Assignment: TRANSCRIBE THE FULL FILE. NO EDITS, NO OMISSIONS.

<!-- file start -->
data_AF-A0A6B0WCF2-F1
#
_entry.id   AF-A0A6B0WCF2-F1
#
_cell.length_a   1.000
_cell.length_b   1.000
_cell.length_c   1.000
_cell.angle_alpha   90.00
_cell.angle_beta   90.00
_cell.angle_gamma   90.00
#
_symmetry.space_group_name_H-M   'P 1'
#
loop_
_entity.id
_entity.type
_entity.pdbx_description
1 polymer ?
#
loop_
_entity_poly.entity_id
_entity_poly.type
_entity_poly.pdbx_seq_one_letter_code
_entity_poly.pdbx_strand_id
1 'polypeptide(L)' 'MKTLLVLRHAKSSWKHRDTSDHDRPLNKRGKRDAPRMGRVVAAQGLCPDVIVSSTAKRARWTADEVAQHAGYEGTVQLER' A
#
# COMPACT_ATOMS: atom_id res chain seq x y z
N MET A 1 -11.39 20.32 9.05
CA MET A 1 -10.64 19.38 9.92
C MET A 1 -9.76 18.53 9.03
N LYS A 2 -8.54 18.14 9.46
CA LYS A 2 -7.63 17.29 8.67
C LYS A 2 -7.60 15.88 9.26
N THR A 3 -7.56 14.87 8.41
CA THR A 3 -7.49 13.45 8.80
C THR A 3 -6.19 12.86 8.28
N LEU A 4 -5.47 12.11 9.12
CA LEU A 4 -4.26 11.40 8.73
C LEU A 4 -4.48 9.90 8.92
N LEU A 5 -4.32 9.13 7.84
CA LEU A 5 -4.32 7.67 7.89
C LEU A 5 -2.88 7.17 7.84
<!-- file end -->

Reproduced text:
data_AF-A0A6B0WCF2-F1
#
_entry.id   AF-A0A6B0WCF2-F1
#
_cell.length_a   1.000
_cell.length_b   1.000
_cell.length_c   1.000
_cell.angle_alpha   90.00
_cell.angle_beta   90.00
_cell.angle_gamma   90.00
#
_symmetry.space_group_name_H-M   'P 1'
#
loop_
_entity.id
_entity.type
_entity.pdbx_description
1 polymer ?
#
loop_
_entity_poly.entity_id
_entity_poly.type
_entity_poly.pdbx_seq_one_letter_code
_entity_poly.pdbx_strand_id
1 'polypeptide(L)' 'MKTLLVLRHAKSSWKHRDTSDHDRPLNKRGKRDAPRMGRVVAAQGLCPDVIVSSTAKRARWTADEVAQHAGYEGTVQLER' A
#
# COMPACT_ATOMS: atom_id res chain seq x y z
N MET A 1 -11.39 20.32 9.05
CA MET A 1 -10.64 19.38 9.92
C MET A 1 -9.76 18.53 9.03
N LYS A 2 -8.54 18.14 9.46
CA LYS A 2 -7.63 17.29 8.67
C LYS A 2 -7.60 15.88 9.26
N THR A 3 -7.56 14.87 8.41
CA THR A 3 -7.49 13.45 8.80
C THR A 3 -6.19 12.86 8.28
N LEU A 4 -5.47 12.11 9.12
CA LEU A 4 -4.26 11.40 8.73
C LEU A 4 -4.48 9.90 8.92
N LEU A 5 -4.32 9.13 7.84
CA LEU A 5 -4.32 7.67 7.89
C LEU A 5 -2.88 7.17 7.84